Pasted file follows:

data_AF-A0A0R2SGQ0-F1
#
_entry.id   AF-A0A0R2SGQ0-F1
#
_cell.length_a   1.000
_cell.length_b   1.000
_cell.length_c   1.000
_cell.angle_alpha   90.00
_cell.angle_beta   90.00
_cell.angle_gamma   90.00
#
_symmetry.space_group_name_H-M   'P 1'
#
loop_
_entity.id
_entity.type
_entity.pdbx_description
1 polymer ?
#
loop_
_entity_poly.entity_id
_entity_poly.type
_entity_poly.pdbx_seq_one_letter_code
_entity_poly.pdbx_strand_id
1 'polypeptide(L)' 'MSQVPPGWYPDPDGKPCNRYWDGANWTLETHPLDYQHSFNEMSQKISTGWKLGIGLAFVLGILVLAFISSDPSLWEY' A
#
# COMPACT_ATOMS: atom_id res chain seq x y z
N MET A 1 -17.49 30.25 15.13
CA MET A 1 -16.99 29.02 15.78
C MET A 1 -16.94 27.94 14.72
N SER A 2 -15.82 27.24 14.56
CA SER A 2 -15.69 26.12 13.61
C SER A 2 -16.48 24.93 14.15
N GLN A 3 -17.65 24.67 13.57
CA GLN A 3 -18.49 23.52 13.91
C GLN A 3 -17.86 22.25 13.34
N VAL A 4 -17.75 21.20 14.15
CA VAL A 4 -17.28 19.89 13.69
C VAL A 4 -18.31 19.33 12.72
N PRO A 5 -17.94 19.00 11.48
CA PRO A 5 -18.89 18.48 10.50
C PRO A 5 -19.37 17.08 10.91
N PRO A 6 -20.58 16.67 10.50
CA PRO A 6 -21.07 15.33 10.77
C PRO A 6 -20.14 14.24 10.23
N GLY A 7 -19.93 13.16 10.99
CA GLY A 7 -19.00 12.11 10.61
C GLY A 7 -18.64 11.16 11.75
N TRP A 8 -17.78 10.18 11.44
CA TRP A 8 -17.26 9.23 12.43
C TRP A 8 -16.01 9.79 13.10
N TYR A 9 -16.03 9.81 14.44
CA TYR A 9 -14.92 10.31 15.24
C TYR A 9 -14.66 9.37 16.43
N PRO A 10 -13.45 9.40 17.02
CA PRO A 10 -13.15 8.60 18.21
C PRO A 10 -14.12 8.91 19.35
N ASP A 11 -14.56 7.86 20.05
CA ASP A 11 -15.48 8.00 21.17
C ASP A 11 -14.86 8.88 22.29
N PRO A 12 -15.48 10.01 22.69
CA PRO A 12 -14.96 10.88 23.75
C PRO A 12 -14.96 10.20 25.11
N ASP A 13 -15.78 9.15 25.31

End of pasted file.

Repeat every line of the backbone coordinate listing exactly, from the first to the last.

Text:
data_AF-A0A0R2SGQ0-F1
#
_entry.id   AF-A0A0R2SGQ0-F1
#
_cell.length_a   1.000
_cell.length_b   1.000
_cell.length_c   1.000
_cell.angle_alpha   90.00
_cell.angle_beta   90.00
_cell.angle_gamma   90.00
#
_symmetry.space_group_name_H-M   'P 1'
#
loop_
_entity.id
_entity.type
_entity.pdbx_description
1 polymer ?
#
loop_
_entity_poly.entity_id
_entity_poly.type
_entity_poly.pdbx_seq_one_letter_code
_entity_poly.pdbx_strand_id
1 'polypeptide(L)' 'MSQVPPGWYPDPDGKPCNRYWDGANWTLETHPLDYQHSFNEMSQKISTGWKLGIGLAFVLGILVLAFISSDPSLWEY' A
#
# COMPACT_ATOMS: atom_id res chain seq x y z
N MET A 1 -17.49 30.25 15.13
CA MET A 1 -16.99 29.02 15.78
C MET A 1 -16.94 27.94 14.72
N SER A 2 -15.82 27.24 14.56
CA SER A 2 -15.69 26.12 13.61
C SER A 2 -16.48 24.93 14.15
N GLN A 3 -17.65 24.67 13.57
CA GLN A 3 -18.49 23.52 13.91
C GLN A 3 -17.86 22.25 13.34
N VAL A 4 -17.75 21.20 14.15
CA VAL A 4 -17.28 19.89 13.69
C VAL A 4 -18.31 19.33 12.72
N PRO A 5 -17.94 19.00 11.48
CA PRO A 5 -18.89 18.48 10.50
C PRO A 5 -19.37 17.08 10.91
N PRO A 6 -20.58 16.67 10.50
CA PRO A 6 -21.07 15.33 10.77
C PRO A 6 -20.14 14.24 10.23
N GLY A 7 -19.93 13.16 10.99
CA GLY A 7 -19.00 12.11 10.61
C GLY A 7 -18.64 11.16 11.75
N TRP A 8 -17.78 10.18 11.44
CA TRP A 8 -17.26 9.23 12.43
C TRP A 8 -16.01 9.79 13.10
N TYR A 9 -16.03 9.81 14.44
CA TYR A 9 -14.92 10.31 15.24
C TYR A 9 -14.66 9.37 16.43
N PRO A 10 -13.45 9.40 17.02
CA PRO A 10 -13.15 8.60 18.21
C PRO A 10 -14.12 8.91 19.35
N ASP A 11 -14.56 7.86 20.05
CA ASP A 11 -15.48 8.00 21.17
C ASP A 11 -14.86 8.88 22.29
N PRO A 12 -15.48 10.01 22.69
CA PRO A 12 -14.96 10.88 23.75
C PRO A 12 -14.96 10.20 25.11
N ASP A 13 -15.78 9.15 25.31